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Jakarta Post

Should we blame Saudi Arabia for the latest Mina incident?

  • Muhammad Zulfikar Rakhmat

    The Jakarta Post

London   /   Tue, September 29, 2015   /  04:40 pm

More than 760 Muslim pilgrims of various ages, including at least 34 Indonesians, were killed last week in what will undoubtedly be remembered as one of the most tragic accidents to have occurred during the annual haj.

I pray that the deceased will be accepted to the highest level of Paradise and I also pray for the speedy recovery of those who were injured in the stampede.

It was reported by Saudi Arabia'€™s Al Arabiya news channel that the stampede broke out at the entrance of the Jamarrat Bridge near Street 204, as pilgrims were on their way to perform one of their last major haj rites, the symbolic jumrah or the stoning of the devil.

This, however, is not the only incident that took place this year. A few weeks ago, a huge crane collapsed onto the Grand Mosque resulting in the deaths of 118 worshippers, including 11 Indonesians.

As was widely reported, storms battered the colossal metal rig, causing it to break and fall to the ground with devastating consequences. Some have made the point that had this occurred after the haj had commenced the number of fatalities would have been much greater.

Following the stampede in Mina, many have questioned what the main causes of the accident were, and who was responsible. Some are putting the blame on the Saudi government, saying that it has not done enough to prevent such tragedies from happening.

Others, however, have suggested it was caused by pilgrims'€™ lack of discipline, who were too passionate about completing the ritual, and did not pay attention to the procedures.

The fact is there are many parties at fault in this incident. It may sound controversial, but I believe that the Saudi government should not be the only entity held responsible for the stampede and the crane collapse.

Even though it has been widely and understandably criticized, it cannot be denied that in the past years Saudi Arabia has tried to improve infrastructure for the safety and convenience of pilgrims during the haj.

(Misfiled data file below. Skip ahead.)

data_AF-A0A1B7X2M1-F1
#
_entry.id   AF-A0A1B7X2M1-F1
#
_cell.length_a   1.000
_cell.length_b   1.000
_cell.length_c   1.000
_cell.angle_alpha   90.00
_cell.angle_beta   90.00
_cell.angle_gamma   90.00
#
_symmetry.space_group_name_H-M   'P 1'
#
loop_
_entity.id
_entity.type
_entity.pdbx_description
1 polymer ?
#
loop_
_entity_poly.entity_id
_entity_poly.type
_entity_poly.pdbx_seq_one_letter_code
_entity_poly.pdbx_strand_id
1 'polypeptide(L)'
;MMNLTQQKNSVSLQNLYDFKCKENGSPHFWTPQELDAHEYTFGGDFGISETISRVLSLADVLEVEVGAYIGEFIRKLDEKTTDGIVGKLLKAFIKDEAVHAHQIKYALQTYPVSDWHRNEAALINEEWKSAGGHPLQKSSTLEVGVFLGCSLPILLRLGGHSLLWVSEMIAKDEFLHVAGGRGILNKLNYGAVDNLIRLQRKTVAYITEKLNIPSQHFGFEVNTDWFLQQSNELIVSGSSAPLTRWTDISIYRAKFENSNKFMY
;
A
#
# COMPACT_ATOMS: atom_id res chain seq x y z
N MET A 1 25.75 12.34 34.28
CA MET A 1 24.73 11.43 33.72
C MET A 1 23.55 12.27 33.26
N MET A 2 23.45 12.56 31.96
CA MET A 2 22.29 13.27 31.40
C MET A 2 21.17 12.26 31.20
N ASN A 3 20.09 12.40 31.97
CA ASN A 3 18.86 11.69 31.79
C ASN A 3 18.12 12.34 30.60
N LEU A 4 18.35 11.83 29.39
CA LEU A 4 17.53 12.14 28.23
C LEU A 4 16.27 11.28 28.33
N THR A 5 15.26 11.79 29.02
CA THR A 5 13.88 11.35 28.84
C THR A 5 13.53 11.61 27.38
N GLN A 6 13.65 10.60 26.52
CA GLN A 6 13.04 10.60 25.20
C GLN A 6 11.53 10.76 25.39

These efforts have included construction of a wider, multilevel bridge, and replacement of the pillars representing Satan during the jumrah ritual, with the hope that this would minimize the risk of a stampede.

However, as Thursday'€™s incident has revealed, these measures were not enough.

Reflecting on the tragedy, I believe that both the holy cities of Mecca, where the haj takes place, and Medina, where the tomb of Prophet Muhammad is located, do not solely belong to Saudi Arabia, but Muslims all around the world. I agree with British-Algerian journalist Hafsa Kara-Mustapha who said in a recent op-ed that the two cities need to come under an independent body headed by a Muslim-majority state.

The management of the two sacred cities should no longer be entrusted exclusively to the Saudi royal family. The governments of other Muslim-majority nations must be involved also.

The revenues from the pilgrimage will cover the expenses of the development, as well as the maintenance of the cities, and come under a regular review of an international independent entity to make sure spending is available for public scrutiny.

Leaders from across Muslim-majority countries must create a genuine and robust board and they have to agree to crucial changes to the cities and rules governing the observance of the haj.

The body will be required to appoint a leader who will change every few years and will be responsible for the supervision of the two sacred cities.

I understand that something like this will not be realized anytime soon. For now, a more immediate solution needs to be found, such as reducing the number of pilgrims significantly to ease the current overcrowded conditions.

A firm code of conduct must also be applied on worshipers traveling to those cities and individual countries need to ensure that their pilgrims comply with safety rules.

On the part of the pilgrims, Muslims need to understand that completing the haj only once in a lifetime is all that is required, and that any additional pilgrimage only infringes on someone else'€™s chance to perform it.

It is also the duty of pilgrims to reciprocate the measures taken so far by abiding by the rules and regulations at the holy sites to avoid such incidents from recurring.
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The writer is a PhD researcher at the School of Social Sciences, University of Manchester, UK.

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